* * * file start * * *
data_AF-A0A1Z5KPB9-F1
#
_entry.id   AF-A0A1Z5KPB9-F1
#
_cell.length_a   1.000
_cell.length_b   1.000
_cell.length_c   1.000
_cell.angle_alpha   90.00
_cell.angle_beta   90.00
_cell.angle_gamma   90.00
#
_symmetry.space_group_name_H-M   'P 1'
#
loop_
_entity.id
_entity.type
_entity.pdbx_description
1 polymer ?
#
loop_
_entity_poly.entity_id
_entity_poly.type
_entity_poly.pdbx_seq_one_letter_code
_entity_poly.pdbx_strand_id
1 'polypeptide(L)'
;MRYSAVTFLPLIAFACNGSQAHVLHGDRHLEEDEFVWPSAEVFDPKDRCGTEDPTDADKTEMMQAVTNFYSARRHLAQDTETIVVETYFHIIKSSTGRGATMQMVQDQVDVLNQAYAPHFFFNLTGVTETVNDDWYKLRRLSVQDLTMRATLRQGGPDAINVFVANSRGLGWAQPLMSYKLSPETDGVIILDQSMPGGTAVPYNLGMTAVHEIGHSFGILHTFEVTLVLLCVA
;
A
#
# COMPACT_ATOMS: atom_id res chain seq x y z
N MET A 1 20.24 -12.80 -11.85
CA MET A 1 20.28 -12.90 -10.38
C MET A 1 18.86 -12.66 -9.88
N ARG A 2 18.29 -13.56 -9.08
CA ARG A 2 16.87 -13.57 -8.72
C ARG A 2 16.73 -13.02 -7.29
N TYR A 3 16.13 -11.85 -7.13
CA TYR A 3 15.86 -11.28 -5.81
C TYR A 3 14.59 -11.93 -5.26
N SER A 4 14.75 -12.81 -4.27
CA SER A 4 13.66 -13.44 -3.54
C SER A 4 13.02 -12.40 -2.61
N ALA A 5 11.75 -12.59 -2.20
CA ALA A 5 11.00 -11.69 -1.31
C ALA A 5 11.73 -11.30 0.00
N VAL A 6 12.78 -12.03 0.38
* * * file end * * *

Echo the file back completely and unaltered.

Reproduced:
data_AF-A0A1Z5KPB9-F1
#
_entry.id   AF-A0A1Z5KPB9-F1
#
_cell.length_a   1.000
_cell.length_b   1.000
_cell.length_c   1.000
_cell.angle_alpha   90.00
_cell.angle_beta   90.00
_cell.angle_gamma   90.00
#
_symmetry.space_group_name_H-M   'P 1'
#
loop_
_entity.id
_entity.type
_entity.pdbx_description
1 polymer ?
#
loop_
_entity_poly.entity_id
_entity_poly.type
_entity_poly.pdbx_seq_one_letter_code
_entity_poly.pdbx_strand_id
1 'polypeptide(L)'
;MRYSAVTFLPLIAFACNGSQAHVLHGDRHLEEDEFVWPSAEVFDPKDRCGTEDPTDADKTEMMQAVTNFYSARRHLAQDTETIVVETYFHIIKSSTGRGATMQMVQDQVDVLNQAYAPHFFFNLTGVTETVNDDWYKLRRLSVQDLTMRATLRQGGPDAINVFVANSRGLGWAQPLMSYKLSPETDGVIILDQSMPGGTAVPYNLGMTAVHEIGHSFGILHTFEVTLVLLCVA
;
A
#
# COMPACT_ATOMS: atom_id res chain seq x y z
N MET A 1 20.24 -12.80 -11.85
CA MET A 1 20.28 -12.90 -10.38
C MET A 1 18.86 -12.66 -9.88
N ARG A 2 18.29 -13.56 -9.08
CA ARG A 2 16.87 -13.57 -8.72
C ARG A 2 16.73 -13.02 -7.29
N TYR A 3 16.13 -11.85 -7.13
CA TYR A 3 15.86 -11.28 -5.81
C TYR A 3 14.59 -11.93 -5.26
N SER A 4 14.75 -12.81 -4.27
CA SER A 4 13.66 -13.44 -3.54
C SER A 4 13.02 -12.40 -2.61
N ALA A 5 11.75 -12.59 -2.20
CA ALA A 5 11.00 -11.69 -1.31
C ALA A 5 11.73 -11.30 0.00
N VAL A 6 12.78 -12.03 0.38